Colorado teeters at the edge of reason | Joey Bunch

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This isn’t just about one school where they did a boneheaded thing with all kinds of consequences. This is about getting ourselves together, Colorado. When it comes to being reasonable, we’re fraying at the edges.

Bonehead Middle School is just one example.

On Aug. 27 Isaiah Elliott and a classmate were horsing around during their online art class at Grand Mountain School in El Paso County. It was the first week of the school year at home and the children were still percolating with their summer wildness, the teacher and immediate consequences miles away.

Stories vary — and they shouldn’t because it’s adults in positions of authority telling them — but Isaiah clutched what appeared to be a pistol. Granted, it was lime green, fired Nerf darts and said Zombie Hunter on the side.

No doubt, Isaiah deserved a question or two and an effective scolding for goofing off. What Isaiah received, however, was a five-day suspension, a rap sheet, a new school and a lesson about getting on the wrong side of authority.

Rather than handle it like adults, Grand Mountain administrators called the law to do it for them, inviting people with real guns into a situation without one.

You can watch it on the body cam footage for yourself by clicking here. Curt is much more reasonable than I could have ever been. 

Context is relevant here. It was the 68th day of a summer overheated by violence, protests, riots and political grandstanding over the long violent relationship between law enforcement and Black men.

Isaiah is Black.

The day before, a white 17-year-old in Kenosha, Wisconsin, killed two people and wounded another with an AR-15 rifle he bought with his $1,400 stimulus check, while he was furloughed from a part-time YMCA job. (Is that reasonable? Different column.)

Two men would be alive and young Kyle Rittenhouse wouldn’t be looking at a long prison sentence if not for Kenosha police shooting an unarmed Black man, Jacob Blake, in the back seven times, leaving him paralyzed. 

A lack of reason spreads problems like a broken pipe.

What Curt Elliott described to me on the phone sounded like an unfolding nightmare. His wife, Dani, received a call from the school’s vice principal about Isaiah’s art class shenanigans. Isaiah has a lot of toy guns, she explained, assuring the school her child had no access to a real weapon. She would help focus his attention in class when she got home, she said. For Isaiah, I’m guessing that was bad news enough, if things had ended there.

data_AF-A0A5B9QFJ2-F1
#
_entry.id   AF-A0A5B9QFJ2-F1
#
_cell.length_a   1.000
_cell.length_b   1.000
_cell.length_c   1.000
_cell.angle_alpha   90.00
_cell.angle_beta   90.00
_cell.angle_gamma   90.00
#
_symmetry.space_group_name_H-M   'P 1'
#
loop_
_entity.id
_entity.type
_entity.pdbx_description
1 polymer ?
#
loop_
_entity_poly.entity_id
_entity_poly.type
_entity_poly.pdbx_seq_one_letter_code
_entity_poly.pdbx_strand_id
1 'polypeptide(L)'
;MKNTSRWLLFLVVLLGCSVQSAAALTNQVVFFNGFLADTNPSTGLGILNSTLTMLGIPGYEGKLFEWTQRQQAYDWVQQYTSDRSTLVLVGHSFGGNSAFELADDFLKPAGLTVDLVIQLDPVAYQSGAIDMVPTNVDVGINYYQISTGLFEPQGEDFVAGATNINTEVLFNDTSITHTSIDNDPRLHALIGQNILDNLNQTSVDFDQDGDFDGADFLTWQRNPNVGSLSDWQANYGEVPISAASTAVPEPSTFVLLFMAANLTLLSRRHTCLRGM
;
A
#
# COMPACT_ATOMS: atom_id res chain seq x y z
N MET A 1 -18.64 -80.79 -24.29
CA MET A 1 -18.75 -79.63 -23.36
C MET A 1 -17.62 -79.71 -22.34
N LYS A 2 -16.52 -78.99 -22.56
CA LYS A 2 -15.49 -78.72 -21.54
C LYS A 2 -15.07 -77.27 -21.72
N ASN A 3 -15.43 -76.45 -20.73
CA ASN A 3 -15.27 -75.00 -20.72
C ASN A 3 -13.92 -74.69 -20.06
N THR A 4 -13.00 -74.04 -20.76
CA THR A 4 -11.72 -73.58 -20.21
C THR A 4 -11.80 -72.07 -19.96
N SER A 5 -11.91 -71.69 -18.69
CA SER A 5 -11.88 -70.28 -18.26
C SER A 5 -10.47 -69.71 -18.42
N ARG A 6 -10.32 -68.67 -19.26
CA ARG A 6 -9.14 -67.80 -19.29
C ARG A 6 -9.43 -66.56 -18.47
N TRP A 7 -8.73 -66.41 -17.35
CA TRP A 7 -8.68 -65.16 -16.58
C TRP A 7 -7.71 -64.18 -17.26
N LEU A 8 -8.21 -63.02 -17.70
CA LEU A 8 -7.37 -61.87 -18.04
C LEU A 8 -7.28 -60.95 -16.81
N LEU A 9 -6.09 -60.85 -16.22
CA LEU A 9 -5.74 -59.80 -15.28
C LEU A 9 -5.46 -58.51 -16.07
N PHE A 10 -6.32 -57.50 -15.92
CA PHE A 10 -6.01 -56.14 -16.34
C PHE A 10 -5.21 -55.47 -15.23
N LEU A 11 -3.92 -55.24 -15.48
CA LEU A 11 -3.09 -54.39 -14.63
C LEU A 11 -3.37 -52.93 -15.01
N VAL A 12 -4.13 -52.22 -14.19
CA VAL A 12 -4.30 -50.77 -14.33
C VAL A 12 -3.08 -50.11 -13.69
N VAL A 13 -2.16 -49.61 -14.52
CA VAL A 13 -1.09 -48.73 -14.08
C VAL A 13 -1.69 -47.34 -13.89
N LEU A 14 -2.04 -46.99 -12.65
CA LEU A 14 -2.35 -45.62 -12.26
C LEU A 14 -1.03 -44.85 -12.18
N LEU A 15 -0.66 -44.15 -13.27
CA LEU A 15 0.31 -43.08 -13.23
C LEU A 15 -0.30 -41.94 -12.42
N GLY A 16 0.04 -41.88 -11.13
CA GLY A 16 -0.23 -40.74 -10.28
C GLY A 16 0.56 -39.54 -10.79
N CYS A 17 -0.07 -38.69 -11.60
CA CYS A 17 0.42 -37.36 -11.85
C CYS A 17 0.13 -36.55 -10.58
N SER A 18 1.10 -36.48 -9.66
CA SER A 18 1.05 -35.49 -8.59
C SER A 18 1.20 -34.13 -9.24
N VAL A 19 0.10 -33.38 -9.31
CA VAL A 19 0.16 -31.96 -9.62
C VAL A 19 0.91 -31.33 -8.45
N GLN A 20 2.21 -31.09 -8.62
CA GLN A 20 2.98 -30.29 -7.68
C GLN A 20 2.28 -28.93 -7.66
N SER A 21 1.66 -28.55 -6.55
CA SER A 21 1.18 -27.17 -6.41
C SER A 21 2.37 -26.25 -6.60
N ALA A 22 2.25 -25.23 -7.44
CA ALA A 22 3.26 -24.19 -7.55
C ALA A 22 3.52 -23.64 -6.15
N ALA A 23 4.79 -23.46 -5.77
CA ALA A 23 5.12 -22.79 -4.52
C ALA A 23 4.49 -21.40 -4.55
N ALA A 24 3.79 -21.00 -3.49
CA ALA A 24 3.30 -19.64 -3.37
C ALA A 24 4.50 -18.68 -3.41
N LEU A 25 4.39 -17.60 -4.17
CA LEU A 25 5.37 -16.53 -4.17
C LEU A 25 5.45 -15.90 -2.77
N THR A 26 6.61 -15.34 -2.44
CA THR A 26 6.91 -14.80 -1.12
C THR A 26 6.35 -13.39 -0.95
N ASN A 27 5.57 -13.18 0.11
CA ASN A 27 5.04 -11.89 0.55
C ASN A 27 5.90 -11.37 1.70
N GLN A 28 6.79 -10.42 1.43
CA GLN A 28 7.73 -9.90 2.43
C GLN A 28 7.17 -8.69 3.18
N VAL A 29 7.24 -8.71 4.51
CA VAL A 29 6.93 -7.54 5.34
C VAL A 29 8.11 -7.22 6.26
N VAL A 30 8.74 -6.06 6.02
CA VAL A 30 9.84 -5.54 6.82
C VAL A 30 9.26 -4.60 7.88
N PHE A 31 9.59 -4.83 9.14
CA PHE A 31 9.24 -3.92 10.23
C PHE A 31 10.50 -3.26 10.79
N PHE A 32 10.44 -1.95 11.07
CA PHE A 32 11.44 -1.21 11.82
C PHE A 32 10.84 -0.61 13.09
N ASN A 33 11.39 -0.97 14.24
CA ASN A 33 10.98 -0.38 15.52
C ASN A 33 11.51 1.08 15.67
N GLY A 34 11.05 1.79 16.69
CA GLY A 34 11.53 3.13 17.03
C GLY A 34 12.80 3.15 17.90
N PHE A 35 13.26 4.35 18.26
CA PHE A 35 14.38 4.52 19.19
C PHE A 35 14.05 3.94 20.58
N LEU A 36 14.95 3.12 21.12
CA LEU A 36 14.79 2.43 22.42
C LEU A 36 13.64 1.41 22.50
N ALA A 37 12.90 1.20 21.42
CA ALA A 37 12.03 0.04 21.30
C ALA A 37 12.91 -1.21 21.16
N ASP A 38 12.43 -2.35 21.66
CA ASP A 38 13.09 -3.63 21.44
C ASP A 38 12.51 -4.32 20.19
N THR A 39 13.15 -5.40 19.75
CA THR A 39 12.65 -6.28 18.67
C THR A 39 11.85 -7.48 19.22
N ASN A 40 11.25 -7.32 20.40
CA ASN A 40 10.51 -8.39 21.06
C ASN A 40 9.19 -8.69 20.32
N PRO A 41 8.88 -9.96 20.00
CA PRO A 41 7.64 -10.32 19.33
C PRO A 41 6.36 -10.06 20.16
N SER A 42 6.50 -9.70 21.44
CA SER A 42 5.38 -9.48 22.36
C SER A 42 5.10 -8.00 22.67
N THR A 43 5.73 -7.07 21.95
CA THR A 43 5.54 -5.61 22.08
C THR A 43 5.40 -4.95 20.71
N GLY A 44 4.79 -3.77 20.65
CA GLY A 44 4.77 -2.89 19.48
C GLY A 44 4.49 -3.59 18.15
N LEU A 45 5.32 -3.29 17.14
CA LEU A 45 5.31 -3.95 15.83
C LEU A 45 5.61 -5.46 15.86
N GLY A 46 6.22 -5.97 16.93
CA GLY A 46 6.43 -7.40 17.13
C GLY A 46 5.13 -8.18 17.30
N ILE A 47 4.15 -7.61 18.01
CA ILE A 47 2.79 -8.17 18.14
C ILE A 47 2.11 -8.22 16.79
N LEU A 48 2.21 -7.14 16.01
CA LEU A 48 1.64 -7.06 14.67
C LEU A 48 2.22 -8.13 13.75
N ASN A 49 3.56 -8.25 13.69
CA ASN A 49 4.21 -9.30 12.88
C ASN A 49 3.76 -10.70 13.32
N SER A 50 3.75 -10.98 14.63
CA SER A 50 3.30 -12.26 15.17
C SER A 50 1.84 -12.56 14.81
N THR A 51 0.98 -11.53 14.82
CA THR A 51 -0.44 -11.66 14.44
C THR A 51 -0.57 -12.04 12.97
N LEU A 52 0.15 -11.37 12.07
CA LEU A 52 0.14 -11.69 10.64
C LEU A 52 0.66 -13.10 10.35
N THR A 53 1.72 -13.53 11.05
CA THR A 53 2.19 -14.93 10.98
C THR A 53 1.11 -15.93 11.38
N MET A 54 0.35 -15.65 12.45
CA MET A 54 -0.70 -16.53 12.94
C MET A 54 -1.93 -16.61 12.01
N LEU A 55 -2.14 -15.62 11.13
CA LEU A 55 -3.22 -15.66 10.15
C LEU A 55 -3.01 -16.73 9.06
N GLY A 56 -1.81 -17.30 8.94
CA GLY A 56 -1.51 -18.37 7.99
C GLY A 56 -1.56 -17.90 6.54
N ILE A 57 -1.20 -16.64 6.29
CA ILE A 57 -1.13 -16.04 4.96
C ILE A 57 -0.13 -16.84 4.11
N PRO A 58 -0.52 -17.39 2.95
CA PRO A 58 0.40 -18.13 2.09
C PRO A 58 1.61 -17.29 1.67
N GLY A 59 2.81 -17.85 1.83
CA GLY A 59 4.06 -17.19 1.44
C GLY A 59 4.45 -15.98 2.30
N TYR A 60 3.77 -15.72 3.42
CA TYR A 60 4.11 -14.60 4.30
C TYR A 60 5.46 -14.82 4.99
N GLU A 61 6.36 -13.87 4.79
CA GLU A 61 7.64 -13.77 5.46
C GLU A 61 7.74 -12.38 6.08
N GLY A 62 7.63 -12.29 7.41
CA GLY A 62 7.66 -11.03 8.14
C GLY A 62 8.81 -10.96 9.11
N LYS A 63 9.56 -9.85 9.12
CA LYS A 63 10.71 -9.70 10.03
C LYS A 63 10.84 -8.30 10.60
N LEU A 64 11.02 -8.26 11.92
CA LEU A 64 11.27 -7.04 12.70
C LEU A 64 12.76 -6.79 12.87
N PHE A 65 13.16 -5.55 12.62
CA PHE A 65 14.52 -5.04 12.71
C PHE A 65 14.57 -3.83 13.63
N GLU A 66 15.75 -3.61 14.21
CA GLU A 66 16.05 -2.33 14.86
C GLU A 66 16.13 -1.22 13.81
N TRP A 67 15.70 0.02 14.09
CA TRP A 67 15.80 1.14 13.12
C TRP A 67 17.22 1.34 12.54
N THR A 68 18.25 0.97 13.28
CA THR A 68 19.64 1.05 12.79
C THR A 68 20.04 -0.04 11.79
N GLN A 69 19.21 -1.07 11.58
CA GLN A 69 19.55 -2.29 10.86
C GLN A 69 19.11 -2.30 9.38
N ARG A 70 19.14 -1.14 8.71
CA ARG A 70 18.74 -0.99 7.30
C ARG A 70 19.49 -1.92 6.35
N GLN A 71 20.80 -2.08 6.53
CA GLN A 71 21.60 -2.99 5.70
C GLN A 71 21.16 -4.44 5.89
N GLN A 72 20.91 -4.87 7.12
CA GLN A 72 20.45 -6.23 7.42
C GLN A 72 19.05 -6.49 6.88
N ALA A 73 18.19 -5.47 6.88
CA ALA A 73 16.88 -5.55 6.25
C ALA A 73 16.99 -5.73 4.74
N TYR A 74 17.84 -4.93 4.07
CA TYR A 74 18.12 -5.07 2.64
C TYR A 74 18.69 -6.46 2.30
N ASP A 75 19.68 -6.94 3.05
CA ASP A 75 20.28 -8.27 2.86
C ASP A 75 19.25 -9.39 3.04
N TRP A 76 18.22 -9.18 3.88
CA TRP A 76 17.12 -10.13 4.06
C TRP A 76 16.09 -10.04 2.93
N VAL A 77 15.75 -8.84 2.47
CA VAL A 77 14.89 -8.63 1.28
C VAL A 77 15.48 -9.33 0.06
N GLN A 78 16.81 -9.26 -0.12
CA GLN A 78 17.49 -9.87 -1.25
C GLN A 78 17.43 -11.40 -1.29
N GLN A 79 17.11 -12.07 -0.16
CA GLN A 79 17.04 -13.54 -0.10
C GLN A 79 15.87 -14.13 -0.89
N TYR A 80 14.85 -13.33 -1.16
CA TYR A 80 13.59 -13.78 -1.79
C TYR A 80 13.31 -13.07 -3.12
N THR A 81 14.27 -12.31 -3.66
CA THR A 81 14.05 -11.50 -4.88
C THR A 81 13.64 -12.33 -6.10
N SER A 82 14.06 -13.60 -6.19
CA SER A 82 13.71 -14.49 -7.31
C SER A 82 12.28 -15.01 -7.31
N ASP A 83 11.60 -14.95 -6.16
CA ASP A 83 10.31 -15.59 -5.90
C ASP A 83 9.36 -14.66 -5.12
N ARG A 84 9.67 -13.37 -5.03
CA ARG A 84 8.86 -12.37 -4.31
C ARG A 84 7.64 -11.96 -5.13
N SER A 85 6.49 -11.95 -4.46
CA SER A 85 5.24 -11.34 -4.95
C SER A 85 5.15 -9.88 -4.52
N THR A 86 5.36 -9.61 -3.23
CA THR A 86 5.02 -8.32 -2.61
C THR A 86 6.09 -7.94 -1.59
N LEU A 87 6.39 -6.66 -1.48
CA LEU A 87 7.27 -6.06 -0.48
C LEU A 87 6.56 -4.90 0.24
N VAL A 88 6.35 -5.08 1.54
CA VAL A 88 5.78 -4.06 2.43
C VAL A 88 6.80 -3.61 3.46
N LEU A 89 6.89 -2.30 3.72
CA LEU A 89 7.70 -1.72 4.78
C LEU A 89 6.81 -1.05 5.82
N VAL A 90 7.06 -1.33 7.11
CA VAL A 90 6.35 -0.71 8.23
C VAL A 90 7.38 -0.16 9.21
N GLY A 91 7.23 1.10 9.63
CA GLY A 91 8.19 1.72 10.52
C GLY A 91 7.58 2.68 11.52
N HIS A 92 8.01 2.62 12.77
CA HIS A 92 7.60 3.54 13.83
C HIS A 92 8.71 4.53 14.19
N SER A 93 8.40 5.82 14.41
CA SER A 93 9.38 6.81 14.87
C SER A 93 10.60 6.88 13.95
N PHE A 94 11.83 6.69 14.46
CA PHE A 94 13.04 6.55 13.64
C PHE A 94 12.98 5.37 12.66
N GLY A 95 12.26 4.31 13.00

An hour and a half later, she received an email saying things had changed, and law enforcement was on the way to the home. 

“So she immediately calls me and starts freaking out,” said Curt, a medic at Peterson Air Force Base. “So I rushed home from the base trying to beat the police there.”

Cops, young Black men, an assumption of a gun — the sickening common denominators flashed through Curt’s mind as he drove. “I’m seeing the worst possible things in my mind,” he recalled. “If they kick down the door, what’s going to happen?”

He called his son and ordered him to go to the basement and stay there until he got home. I’m guessing Isaiah had learned whatever lesson he needed, if the story ended here.

Curt told the officer in his dining room that he had impressed upon his son the seriousness of the situation, especially in these racially violent times. That’s good fathering, but a shame it’s necessary.

If they had reasonably thought Isaiah was a risk to himself or others, it would have been correspondingly reasonable to roll a cruiser right away, not hours later, when his parents aren’t home. 

“We never have or ever will condone any form of racism or discrimination,” Green Mountain said in a sparse statement.

The Elliotts found it odd, though, that the school had a recording of the class in the first place. They never said that was OK.

It wasn’t illegal, but administrators sheepishly explained it was the first week of school, and they were still getting the hang of things. 

“Safety will always be number one for our students and staff,” the statement continued. “We follow board policies and safety protocols consistently, whether we are in-person or distance learning.”

The district expressed its respect for privacy laws that “prevent us from sharing students’ personal information which includes disciplinary action.” 

The Sheriff’s Department said it did what it had to do. 

“The School Resource Officer took the appropriate action and was kind and respectful throughout the interaction,” the department’s statement said. “His goal was to educate the involved parties,” read: good intentions.

As much as we don’t like it, the government steps in when people can’t be reasonable. That’s why a group of El Paso County legislators are running a bill to put some reasonable guidelines on remote learning, including permission to record.

Curt Elliott intends to testify in favor of it. It’s been an investment of time working with his lawyers and the school district to work on solutions, he said.

He’s hoping to teach his son a lesson about turning something bad into something better for others, he told me.